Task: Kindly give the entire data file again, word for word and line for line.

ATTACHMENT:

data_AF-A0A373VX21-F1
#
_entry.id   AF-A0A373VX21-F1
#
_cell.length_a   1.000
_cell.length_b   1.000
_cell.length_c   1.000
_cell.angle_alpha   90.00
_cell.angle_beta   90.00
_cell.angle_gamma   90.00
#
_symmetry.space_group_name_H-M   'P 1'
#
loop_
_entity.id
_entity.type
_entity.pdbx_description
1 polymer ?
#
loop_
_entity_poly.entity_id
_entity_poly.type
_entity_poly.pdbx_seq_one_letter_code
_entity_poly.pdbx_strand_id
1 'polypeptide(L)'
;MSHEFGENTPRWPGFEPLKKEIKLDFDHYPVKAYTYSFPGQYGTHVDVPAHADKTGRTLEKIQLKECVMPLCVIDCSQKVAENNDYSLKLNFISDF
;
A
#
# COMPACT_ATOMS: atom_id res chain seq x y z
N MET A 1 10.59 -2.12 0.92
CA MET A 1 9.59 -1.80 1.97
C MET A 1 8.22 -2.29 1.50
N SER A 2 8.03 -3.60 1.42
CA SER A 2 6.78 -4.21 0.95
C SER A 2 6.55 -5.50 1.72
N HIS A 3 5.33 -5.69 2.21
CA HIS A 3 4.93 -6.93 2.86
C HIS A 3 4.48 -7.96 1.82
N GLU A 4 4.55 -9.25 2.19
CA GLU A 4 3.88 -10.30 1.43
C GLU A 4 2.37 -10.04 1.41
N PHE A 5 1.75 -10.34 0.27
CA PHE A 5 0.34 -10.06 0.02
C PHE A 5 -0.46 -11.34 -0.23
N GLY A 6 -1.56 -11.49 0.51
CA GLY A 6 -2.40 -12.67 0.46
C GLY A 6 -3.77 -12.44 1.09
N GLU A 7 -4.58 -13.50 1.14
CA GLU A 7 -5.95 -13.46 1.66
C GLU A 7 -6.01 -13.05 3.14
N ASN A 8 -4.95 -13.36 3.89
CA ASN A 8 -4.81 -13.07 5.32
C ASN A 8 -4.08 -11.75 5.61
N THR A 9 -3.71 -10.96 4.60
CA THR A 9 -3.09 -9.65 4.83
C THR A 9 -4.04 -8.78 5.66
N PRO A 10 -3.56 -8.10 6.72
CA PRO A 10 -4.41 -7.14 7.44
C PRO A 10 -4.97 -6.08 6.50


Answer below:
data_AF-A0A373VX21-F1
#
_entry.id   AF-A0A373VX21-F1
#
_cell.length_a   1.000
_cell.length_b   1.000
_cell.length_c   1.000
_cell.angle_alpha   90.00
_cell.angle_beta   90.00
_cell.angle_gamma   90.00
#
_symmetry.space_group_name_H-M   'P 1'
#
loop_
_entity.id
_entity.type
_entity.pdbx_description
1 polymer ?
#
loop_
_entity_poly.entity_id
_entity_poly.type
_entity_poly.pdbx_seq_one_letter_code
_entity_poly.pdbx_strand_id
1 'polypeptide(L)'
;MSHEFGENTPRWPGFEPLKKEIKLDFDHYPVKAYTYSFPGQYGTHVDVPAHADKTGRTLEKIQLKECVMPLCVIDCSQKVAENNDYSLKLNFISDF
;
A
#
# COMPACT_ATOMS: atom_id res chain seq x y z
N MET A 1 10.59 -2.12 0.92
CA MET A 1 9.59 -1.80 1.97
C MET A 1 8.22 -2.29 1.50
N SER A 2 8.03 -3.60 1.42
CA SER A 2 6.78 -4.21 0.95
C SER A 2 6.55 -5.50 1.72
N HIS A 3 5.33 -5.69 2.21
CA HIS A 3 4.93 -6.93 2.86
C HIS A 3 4.48 -7.96 1.82
N GLU A 4 4.55 -9.25 2.19
CA GLU A 4 3.88 -10.30 1.43
C GLU A 4 2.37 -10.04 1.41
N PHE A 5 1.75 -10.34 0.27
CA PHE A 5 0.34 -10.06 0.02
C PHE A 5 -0.46 -11.34 -0.23
N GLY A 6 -1.56 -11.49 0.51
CA GLY A 6 -2.40 -12.67 0.46
C GLY A 6 -3.77 -12.44 1.09
N GLU A 7 -4.58 -13.50 1.14
CA GLU A 7 -5.95 -13.46 1.66
C GLU A 7 -6.01 -13.05 3.14
N ASN A 8 -4.95 -13.36 3.89
CA ASN A 8 -4.81 -13.07 5.32
C ASN A 8 -4.08 -11.75 5.61
N THR A 9 -3.71 -10.96 4.60
CA THR A 9 -3.09 -9.65 4.83
C THR A 9 -4.04 -8.78 5.66
N PRO A 10 -3.56 -8.10 6.72
CA PRO A 10 -4.41 -7.14 7.44
C PRO A 10 -4.97 -6.08 6.50